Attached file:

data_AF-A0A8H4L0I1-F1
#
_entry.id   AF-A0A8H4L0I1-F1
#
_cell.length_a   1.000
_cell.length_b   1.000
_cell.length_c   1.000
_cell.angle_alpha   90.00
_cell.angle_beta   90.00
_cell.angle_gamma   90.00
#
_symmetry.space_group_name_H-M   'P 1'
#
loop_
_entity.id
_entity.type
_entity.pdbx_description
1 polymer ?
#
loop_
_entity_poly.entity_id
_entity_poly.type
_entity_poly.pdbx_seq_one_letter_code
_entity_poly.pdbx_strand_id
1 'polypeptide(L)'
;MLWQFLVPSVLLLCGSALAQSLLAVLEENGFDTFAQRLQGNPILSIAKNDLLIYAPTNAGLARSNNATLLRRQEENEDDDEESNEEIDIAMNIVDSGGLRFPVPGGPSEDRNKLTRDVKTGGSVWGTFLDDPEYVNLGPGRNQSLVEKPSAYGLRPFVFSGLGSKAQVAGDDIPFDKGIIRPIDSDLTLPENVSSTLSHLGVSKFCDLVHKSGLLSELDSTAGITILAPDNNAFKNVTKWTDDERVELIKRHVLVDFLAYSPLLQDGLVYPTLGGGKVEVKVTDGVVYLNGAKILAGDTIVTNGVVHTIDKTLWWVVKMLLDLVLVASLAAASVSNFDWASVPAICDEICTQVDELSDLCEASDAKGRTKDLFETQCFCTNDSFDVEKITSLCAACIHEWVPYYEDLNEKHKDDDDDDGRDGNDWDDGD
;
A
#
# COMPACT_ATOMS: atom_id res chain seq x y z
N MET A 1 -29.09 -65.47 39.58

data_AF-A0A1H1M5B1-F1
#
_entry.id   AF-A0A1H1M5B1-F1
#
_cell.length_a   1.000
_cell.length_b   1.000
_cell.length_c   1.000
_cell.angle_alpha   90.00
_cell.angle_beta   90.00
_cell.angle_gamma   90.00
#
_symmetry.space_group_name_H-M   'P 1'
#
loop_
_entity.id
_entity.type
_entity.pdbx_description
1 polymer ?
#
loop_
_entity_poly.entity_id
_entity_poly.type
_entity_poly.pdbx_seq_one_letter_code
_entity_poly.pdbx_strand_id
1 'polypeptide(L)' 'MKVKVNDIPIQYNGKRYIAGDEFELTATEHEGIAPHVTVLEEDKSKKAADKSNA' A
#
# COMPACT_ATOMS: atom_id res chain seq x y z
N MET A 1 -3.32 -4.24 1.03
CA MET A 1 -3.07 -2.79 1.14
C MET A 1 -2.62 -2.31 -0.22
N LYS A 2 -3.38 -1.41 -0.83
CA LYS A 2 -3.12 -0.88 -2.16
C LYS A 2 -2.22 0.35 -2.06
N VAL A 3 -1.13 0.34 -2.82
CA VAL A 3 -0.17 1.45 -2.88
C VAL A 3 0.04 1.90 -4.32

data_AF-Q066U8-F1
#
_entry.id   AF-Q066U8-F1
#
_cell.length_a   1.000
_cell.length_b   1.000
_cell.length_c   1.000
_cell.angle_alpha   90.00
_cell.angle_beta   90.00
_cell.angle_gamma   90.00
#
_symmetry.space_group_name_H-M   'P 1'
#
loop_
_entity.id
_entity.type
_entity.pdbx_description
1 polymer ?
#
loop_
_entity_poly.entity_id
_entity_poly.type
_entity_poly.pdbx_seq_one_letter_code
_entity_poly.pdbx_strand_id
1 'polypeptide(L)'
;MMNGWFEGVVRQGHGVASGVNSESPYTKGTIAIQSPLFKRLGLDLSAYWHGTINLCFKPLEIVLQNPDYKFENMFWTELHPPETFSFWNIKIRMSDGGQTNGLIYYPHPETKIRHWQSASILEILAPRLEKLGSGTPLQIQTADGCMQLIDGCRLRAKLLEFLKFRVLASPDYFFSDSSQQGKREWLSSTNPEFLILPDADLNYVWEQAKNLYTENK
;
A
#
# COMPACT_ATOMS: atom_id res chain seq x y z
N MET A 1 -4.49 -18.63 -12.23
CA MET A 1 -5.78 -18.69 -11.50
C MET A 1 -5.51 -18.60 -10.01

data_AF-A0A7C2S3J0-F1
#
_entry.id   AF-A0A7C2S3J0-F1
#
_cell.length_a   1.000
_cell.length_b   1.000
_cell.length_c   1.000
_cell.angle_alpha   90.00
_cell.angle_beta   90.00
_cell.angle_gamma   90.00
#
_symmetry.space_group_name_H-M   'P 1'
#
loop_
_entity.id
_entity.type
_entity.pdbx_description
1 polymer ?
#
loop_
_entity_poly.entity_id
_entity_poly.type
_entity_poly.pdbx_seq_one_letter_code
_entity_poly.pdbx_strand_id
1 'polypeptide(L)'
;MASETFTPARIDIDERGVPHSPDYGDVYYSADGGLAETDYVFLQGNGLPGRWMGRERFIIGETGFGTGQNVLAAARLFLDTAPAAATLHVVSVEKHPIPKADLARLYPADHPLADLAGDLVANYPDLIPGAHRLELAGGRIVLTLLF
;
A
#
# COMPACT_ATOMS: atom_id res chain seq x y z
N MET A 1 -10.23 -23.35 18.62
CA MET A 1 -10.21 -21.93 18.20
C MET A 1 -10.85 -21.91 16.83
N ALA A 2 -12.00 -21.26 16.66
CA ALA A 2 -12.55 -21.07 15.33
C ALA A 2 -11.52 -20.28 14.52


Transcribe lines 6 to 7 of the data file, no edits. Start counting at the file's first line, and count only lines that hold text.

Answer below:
_cell.length_b   1.000
_cell.length_c   1.000